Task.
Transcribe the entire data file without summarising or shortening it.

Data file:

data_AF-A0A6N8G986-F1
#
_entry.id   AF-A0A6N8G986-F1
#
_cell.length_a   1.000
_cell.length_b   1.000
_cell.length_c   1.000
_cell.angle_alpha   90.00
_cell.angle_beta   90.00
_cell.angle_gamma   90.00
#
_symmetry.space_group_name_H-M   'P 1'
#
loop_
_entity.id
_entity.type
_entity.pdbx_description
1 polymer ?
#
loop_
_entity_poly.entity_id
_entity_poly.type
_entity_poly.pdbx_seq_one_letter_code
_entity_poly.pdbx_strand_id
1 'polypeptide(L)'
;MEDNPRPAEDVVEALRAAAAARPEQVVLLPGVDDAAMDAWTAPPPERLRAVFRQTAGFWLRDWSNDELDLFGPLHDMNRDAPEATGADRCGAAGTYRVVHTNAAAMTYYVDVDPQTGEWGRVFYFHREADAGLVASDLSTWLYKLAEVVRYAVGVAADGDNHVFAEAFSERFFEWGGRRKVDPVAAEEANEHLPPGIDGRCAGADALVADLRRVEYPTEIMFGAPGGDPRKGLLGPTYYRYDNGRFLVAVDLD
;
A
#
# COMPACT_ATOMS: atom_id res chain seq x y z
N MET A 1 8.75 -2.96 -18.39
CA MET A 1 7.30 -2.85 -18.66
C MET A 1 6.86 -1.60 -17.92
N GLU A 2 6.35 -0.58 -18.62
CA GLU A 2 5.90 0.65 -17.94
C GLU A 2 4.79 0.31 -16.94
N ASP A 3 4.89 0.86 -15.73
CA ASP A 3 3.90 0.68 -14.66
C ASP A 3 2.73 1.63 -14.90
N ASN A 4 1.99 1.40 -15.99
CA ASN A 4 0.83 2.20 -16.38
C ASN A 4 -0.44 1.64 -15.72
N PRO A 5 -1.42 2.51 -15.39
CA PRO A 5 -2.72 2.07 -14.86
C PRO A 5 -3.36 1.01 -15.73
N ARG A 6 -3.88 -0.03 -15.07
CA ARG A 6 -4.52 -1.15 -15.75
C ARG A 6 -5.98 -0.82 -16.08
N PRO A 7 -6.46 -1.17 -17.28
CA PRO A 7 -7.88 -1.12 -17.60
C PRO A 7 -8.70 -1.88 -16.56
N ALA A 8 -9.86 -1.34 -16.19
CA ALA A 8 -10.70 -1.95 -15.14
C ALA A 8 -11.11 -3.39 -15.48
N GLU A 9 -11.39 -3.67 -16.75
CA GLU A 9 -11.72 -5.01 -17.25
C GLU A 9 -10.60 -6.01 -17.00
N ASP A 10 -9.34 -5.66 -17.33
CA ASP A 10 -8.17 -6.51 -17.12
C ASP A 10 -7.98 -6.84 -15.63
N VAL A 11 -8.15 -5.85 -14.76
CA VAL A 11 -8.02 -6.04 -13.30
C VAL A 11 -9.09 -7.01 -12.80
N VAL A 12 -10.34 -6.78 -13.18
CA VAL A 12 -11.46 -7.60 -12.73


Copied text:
data_AF-A0A6N8G986-F1
#
_entry.id   AF-A0A6N8G986-F1
#
_cell.length_a   1.000
_cell.length_b   1.000
_cell.length_c   1.000
_cell.angle_alpha   90.00
_cell.angle_beta   90.00
_cell.angle_gamma   90.00
#
_symmetry.space_group_name_H-M   'P 1'
#
loop_
_entity.id
_entity.type
_entity.pdbx_description
1 polymer ?
#
loop_
_entity_poly.entity_id
_entity_poly.type
_entity_poly.pdbx_seq_one_letter_code
_entity_poly.pdbx_strand_id
1 'polypeptide(L)'
;MEDNPRPAEDVVEALRAAAAARPEQVVLLPGVDDAAMDAWTAPPPERLRAVFRQTAGFWLRDWSNDELDLFGPLHDMNRDAPEATGADRCGAAGTYRVVHTNAAAMTYYVDVDPQTGEWGRVFYFHREADAGLVASDLSTWLYKLAEVVRYAVGVAADGDNHVFAEAFSERFFEWGGRRKVDPVAAEEANEHLPPGIDGRCAGADALVADLRRVEYPTEIMFGAPGGDPRKGLLGPTYYRYDNGRFLVAVDLD
;
A
#
# COMPACT_ATOMS: atom_id res chain seq x y z
N MET A 1 8.75 -2.96 -18.39
CA MET A 1 7.30 -2.85 -18.66
C MET A 1 6.86 -1.60 -17.92
N GLU A 2 6.35 -0.58 -18.62
CA GLU A 2 5.90 0.65 -17.94
C GLU A 2 4.79 0.31 -16.94
N ASP A 3 4.89 0.86 -15.73
CA ASP A 3 3.90 0.68 -14.66
C ASP A 3 2.73 1.63 -14.90
N ASN A 4 1.99 1.40 -15.99
CA ASN A 4 0.83 2.20 -16.38
C ASN A 4 -0.44 1.64 -15.72
N PRO A 5 -1.42 2.51 -15.39
CA PRO A 5 -2.72 2.07 -14.86
C PRO A 5 -3.36 1.01 -15.73
N ARG A 6 -3.88 -0.03 -15.07
CA ARG A 6 -4.52 -1.15 -15.75
C ARG A 6 -5.98 -0.82 -16.08
N PRO A 7 -6.46 -1.17 -17.28
CA PRO A 7 -7.88 -1.12 -17.60
C PRO A 7 -8.70 -1.88 -16.56
N ALA A 8 -9.86 -1.34 -16.19
CA ALA A 8 -10.70 -1.95 -15.14
C ALA A 8 -11.11 -3.39 -15.48
N GLU A 9 -11.39 -3.67 -16.75
CA GLU A 9 -11.72 -5.01 -17.25
C GLU A 9 -10.60 -6.01 -17.00
N ASP A 10 -9.34 -5.66 -17.33
CA ASP A 10 -8.17 -6.51 -17.12
C ASP A 10 -7.98 -6.84 -15.63
N VAL A 11 -8.15 -5.85 -14.76
CA VAL A 11 -8.02 -6.04 -13.30
C VAL A 11 -9.09 -7.01 -12.80
N VAL A 12 -10.34 -6.78 -13.18
CA VAL A 12 -11.46 -7.60 -12.73